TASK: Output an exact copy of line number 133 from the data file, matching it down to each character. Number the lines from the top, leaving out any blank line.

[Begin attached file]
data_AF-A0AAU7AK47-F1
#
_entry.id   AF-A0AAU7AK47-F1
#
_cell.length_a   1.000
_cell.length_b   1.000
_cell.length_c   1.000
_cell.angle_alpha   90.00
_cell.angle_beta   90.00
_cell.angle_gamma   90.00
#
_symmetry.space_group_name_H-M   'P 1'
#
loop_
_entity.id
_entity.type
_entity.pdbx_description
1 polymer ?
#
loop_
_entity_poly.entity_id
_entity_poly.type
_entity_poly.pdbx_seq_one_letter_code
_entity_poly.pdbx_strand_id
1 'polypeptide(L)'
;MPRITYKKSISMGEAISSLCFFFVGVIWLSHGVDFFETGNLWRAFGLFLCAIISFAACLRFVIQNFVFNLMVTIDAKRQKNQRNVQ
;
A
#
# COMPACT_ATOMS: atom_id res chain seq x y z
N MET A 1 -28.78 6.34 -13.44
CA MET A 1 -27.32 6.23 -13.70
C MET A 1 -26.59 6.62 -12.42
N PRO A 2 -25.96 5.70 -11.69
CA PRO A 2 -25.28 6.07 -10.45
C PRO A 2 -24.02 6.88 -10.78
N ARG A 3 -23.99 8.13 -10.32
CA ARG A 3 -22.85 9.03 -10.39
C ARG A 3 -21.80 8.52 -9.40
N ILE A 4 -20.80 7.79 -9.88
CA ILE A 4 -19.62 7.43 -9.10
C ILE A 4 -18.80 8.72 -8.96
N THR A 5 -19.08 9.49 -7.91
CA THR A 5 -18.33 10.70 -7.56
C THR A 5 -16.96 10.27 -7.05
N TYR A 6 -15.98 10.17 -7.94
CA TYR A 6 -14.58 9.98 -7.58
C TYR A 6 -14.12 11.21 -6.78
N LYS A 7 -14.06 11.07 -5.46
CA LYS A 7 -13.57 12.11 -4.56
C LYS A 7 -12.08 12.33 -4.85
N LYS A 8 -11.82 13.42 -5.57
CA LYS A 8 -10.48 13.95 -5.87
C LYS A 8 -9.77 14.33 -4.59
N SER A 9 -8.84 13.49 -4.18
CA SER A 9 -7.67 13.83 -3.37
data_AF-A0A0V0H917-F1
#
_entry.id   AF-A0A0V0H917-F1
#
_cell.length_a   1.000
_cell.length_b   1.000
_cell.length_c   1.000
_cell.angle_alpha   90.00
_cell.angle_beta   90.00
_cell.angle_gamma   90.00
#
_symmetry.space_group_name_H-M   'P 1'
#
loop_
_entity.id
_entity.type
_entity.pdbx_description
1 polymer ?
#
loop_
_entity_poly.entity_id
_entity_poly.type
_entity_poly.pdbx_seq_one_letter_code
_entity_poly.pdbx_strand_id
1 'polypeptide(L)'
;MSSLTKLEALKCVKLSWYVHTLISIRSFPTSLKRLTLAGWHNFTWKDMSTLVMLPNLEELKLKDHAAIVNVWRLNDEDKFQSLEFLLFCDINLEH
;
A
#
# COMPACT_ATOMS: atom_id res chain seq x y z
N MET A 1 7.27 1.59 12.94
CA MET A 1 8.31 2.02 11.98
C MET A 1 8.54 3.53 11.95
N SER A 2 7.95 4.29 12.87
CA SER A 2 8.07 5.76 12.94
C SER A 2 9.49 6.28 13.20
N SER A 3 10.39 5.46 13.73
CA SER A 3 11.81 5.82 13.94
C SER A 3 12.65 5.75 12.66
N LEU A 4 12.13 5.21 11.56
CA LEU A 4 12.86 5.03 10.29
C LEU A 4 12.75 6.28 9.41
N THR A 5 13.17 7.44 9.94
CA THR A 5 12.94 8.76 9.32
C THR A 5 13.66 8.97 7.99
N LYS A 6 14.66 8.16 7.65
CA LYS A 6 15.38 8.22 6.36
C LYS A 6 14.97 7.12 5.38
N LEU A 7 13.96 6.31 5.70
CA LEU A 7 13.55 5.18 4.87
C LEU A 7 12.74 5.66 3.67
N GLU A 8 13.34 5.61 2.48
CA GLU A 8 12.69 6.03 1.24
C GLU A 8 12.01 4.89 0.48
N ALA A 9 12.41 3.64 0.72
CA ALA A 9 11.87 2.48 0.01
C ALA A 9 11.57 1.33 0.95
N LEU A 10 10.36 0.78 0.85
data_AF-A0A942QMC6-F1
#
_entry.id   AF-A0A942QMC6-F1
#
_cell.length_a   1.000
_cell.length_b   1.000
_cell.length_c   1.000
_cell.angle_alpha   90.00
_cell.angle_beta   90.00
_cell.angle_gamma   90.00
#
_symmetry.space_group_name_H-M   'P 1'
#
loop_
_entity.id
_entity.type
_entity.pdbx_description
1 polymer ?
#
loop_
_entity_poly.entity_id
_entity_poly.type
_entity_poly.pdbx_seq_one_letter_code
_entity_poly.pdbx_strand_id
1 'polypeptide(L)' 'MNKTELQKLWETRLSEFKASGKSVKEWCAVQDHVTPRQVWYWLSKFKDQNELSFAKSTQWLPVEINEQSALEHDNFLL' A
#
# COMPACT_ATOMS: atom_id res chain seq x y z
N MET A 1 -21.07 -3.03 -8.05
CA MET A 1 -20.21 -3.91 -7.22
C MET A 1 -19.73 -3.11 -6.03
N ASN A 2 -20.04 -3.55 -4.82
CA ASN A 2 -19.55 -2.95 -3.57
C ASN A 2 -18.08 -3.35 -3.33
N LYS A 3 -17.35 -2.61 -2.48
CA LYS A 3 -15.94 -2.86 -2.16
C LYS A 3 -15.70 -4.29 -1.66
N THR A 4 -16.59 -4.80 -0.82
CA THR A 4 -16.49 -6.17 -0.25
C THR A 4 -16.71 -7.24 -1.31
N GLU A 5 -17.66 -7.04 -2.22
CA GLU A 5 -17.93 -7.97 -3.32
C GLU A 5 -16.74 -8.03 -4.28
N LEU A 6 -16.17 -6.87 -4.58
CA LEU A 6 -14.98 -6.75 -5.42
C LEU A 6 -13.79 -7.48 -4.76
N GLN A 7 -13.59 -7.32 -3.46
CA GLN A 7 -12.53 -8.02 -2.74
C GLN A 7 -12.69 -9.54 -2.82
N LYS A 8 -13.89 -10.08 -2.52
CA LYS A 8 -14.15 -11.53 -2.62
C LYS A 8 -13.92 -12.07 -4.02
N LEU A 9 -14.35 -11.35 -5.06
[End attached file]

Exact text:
#